Home' Future Building: The Australian Infrastructure Review : December 2010 Contents futurebuilding 39
economies, it's evident that the leadership
void must be flled.
'The greatest challenge facing Australia
is the rapidly changing nature of the global
economy,' King says.
'As Australia becomes more integrated
with Asia, Australia will have to change.'
King has said that by 2040, China's
GDP will account for 40 per cent of the
world's economic output, compared with
14 per cent for the United States. By 2030,
the numbers of middle-class consumers in
the developing world will triple to about
1.2 billion people, he expects, citing World
'Australia is ready to participate in the
Asian century,' King says. 'The Asian century
is upon us.'
According to King, the trouble is that
Australian governments all too often fail to
act on the economic and population growth
that policy-makers know are imminent, and
instead play catch-up, struggling to free the
economy of bottlenecks.
'Australia is great at building
infrastructure in arrears,' King says. 'When
the demand is there and the roads are
crowded and hospitals don't work, they
'China decides it wants a new airport,
and it builds a new airport. In Sydney, we've
been debating for 30 years about a second
airport and we still can't decide. They select
a location, and 20 years later it's been
absorbed into the city and they have to fnd
But the biggest surprise of King's career,
he says, is just how important Australia's
stores of minerals and energy have proved
to be, and the extent to which Australia
has benefted from the global resources
boom as China and India industrialise and
modernise their economies with rail links,
airports and other infrastructure.
'Australia has done surprisingly well for
such a small nation,' King says.
'20 years ago, it was an open question
whether China was going to modernise to
the extent that it said it was going to.
'That question has now moved on to
India, then to Indonesia and Thailand.'
The boom in Asia has helped to drive
rapid growth at Leighton, whose subsidiaries
and joint ventures span from the Middle
East to Mongolia.
Leighton, the world's largest contract
miner, clocked up nearly $19 billion in
annual revenue last year, compared with
the $1.3 billion that the company was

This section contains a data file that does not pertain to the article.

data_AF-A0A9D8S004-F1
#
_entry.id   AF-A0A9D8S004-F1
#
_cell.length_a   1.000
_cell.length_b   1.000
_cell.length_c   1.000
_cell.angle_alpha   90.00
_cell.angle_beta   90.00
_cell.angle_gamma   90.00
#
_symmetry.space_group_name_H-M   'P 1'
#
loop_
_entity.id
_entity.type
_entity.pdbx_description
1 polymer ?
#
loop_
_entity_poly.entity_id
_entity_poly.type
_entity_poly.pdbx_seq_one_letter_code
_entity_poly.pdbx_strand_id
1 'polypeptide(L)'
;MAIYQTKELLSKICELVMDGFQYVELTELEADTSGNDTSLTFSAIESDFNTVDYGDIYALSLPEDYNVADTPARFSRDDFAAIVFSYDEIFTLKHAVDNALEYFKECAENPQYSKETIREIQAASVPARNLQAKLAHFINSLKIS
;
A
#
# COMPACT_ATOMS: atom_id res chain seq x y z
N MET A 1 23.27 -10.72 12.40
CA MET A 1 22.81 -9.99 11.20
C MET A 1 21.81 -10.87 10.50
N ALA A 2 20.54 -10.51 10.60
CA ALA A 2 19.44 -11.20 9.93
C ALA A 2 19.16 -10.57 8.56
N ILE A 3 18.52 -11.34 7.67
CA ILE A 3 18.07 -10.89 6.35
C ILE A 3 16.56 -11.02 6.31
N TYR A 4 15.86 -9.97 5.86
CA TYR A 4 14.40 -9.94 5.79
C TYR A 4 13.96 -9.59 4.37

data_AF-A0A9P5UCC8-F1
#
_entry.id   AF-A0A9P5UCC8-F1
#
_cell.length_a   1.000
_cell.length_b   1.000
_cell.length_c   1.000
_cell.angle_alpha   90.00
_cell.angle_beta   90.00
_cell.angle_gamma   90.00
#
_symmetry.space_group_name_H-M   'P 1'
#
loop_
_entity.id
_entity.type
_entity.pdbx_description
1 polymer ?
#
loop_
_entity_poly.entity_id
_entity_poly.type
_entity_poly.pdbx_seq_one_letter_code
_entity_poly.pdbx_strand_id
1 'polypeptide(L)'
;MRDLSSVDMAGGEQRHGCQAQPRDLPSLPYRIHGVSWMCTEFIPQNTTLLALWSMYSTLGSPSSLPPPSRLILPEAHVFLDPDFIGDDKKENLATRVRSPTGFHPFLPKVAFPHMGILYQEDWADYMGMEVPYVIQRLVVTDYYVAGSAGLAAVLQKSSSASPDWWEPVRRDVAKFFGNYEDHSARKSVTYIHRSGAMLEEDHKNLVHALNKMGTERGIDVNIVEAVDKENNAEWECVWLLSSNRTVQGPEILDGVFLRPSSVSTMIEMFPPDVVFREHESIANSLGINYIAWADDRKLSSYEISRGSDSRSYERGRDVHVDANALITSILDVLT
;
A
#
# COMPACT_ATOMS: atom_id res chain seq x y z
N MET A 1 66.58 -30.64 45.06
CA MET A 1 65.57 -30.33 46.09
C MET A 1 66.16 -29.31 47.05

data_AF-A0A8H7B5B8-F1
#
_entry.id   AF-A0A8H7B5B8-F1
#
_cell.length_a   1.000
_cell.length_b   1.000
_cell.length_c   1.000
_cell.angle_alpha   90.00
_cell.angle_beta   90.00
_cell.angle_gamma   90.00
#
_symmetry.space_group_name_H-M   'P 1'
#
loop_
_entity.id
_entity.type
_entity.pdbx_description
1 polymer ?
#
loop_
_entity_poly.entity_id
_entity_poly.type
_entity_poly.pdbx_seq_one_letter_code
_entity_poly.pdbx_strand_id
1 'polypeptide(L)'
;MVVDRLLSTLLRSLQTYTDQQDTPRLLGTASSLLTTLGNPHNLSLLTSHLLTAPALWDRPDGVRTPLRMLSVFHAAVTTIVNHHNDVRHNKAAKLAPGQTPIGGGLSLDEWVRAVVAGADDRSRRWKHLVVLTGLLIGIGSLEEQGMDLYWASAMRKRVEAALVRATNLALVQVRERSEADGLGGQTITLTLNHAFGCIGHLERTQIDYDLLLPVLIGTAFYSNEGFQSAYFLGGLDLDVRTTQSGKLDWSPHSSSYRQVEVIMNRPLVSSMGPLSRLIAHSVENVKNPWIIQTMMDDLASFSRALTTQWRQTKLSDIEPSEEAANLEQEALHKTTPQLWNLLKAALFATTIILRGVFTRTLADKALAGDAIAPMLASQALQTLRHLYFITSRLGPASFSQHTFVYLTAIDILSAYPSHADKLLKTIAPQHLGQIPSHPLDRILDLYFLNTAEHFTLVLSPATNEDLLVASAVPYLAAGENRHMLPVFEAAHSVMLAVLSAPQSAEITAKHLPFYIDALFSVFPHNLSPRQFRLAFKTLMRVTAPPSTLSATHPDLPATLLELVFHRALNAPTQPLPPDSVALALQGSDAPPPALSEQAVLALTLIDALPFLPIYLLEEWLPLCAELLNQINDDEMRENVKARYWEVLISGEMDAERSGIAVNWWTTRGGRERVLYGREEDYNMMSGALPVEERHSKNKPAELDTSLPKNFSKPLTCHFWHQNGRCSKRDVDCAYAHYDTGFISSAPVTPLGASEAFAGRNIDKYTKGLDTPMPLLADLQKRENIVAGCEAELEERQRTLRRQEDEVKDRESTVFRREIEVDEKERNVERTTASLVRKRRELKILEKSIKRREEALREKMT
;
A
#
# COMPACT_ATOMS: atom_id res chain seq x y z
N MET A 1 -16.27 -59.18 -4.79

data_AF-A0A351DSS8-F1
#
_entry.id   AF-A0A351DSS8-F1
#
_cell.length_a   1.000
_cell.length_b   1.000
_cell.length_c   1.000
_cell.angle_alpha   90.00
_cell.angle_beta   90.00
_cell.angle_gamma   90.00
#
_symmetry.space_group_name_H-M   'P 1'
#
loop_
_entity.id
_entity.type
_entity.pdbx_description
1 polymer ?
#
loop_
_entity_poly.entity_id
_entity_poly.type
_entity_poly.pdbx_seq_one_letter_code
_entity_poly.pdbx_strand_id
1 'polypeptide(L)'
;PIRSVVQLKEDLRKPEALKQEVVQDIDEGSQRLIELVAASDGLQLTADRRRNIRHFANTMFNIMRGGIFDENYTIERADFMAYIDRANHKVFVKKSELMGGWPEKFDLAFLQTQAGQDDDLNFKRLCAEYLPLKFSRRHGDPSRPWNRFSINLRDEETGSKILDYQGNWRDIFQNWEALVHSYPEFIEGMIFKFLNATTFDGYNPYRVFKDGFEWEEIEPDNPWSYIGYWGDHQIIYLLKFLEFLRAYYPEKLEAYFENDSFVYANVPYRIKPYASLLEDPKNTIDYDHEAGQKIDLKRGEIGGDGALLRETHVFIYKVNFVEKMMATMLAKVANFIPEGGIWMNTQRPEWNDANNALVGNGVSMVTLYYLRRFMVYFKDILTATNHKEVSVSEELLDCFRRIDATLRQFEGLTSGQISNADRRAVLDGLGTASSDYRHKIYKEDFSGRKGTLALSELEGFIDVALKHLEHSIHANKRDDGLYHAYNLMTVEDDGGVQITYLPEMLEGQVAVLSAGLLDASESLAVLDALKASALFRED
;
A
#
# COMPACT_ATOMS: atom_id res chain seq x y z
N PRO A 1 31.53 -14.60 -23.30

turning over annually when King took over
as managing director and chief executive
offcer 23 ½ years ago. When he frst joined
the company in 1968, the company was a
minnow, with annual sales of $17 million.
While much of Europe and the United
States firted with recession during the last
fscal year, Leighton notched up record
earnings of $612 million, and boasts an
order backlog of nearly $42 billion.
As well as tapping into Asian growth,
King has been credited with populating
senior management with heavy hitters. Last
year he hired former Qantas chief fnancial
offcer, Peter Gregg, to take up the CFO
position at Leighton. Former John Holland
boss, and current co-chief operating offcer,
David Stewart, a 25-year veteran at the
company, will replace King on January 1.
Mining contracts in Australia, civil
engineering in Hong Kong, and oil and gas
operations in the Middle East are expected
to help drive net proft at Leighton to as
much as $900 million over the next fve
years. The company's order book will swell
to $50 billion during that time, King has
Leighton’s confdence comes from a tide
of economic development that is sweeping
across much of Asia, lifting large swathes of
people out of poverty and turning them into
middle-class consumers who want reliable
transport and social services to match, King
Less clear is how signifcant Japan’s
energy and infrastructure markets will be to
Australia in coming decades as the country
battles with the twin scourges of defation
and a dwindling population.
Most economies have been based on
growing populations," King says. "How do
you provide growth in an economy where
you need fewer schools, fewer hospitals,
and fewer roads?
Australia is ready to participate in
the Asian century, ' King says.
'The Asian century is upon us.
The end of King's reign
Wal King, Chief Executive, Leighton
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